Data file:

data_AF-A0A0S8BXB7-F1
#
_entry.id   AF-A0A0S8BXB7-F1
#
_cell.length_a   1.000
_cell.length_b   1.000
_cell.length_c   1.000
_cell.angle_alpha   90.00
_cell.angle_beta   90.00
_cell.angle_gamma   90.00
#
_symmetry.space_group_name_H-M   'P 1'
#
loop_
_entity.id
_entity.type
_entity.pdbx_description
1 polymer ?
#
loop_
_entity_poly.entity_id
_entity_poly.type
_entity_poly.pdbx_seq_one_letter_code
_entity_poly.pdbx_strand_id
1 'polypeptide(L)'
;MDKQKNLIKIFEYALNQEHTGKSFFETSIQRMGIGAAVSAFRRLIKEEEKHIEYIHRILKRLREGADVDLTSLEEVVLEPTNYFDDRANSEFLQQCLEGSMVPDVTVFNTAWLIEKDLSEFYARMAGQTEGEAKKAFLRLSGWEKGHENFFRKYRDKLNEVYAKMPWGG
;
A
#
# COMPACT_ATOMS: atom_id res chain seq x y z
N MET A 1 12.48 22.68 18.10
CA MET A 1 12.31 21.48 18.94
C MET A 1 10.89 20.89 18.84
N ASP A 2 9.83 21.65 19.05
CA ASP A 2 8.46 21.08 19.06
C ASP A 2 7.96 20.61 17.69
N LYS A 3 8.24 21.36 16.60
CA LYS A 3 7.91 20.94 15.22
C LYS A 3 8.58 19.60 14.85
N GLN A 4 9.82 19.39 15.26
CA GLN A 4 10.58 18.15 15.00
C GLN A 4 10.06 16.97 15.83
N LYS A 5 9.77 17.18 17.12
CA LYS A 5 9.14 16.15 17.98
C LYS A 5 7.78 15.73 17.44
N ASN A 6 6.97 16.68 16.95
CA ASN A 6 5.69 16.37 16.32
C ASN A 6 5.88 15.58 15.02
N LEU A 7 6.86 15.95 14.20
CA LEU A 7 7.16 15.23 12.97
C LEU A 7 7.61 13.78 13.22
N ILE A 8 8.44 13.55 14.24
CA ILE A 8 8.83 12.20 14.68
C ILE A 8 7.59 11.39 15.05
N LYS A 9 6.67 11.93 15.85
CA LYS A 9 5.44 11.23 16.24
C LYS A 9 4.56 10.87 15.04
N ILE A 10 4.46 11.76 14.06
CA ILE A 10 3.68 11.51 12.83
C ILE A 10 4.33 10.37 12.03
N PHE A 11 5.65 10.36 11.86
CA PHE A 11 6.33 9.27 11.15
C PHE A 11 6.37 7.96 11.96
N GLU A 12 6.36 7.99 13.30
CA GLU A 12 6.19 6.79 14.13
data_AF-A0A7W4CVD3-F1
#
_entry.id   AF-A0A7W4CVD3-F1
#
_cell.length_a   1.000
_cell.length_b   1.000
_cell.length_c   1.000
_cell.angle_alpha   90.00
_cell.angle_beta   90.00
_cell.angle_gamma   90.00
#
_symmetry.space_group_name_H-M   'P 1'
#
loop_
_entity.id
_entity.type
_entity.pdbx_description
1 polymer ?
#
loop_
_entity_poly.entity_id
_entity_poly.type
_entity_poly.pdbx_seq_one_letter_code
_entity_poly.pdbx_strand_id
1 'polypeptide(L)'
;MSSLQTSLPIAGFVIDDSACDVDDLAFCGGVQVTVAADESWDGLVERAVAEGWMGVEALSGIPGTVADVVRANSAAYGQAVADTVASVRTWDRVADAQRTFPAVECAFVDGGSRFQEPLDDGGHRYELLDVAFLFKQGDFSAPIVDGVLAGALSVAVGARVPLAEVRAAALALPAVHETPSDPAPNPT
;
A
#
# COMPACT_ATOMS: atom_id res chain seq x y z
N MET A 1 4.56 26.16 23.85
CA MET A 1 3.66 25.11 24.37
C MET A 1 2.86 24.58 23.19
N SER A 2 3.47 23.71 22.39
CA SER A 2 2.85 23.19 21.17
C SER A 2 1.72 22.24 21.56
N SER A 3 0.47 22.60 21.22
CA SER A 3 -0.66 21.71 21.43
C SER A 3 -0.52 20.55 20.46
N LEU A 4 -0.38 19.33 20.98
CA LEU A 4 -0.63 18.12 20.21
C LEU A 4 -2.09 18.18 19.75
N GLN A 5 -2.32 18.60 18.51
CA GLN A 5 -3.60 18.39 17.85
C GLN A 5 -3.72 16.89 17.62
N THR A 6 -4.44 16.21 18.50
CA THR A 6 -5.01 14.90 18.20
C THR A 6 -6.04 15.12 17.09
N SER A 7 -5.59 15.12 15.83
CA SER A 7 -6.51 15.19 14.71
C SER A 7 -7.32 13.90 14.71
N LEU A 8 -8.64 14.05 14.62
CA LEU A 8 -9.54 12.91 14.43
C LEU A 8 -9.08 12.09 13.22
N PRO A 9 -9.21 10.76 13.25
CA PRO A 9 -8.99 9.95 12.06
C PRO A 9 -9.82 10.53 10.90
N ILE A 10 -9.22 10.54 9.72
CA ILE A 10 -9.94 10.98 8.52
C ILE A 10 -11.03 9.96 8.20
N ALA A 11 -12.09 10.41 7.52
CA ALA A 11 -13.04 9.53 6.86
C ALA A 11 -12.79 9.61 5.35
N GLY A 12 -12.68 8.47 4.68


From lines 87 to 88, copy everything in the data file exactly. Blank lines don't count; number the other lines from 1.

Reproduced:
_entity_poly.type
_entity_poly.pdbx_seq_one_letter_code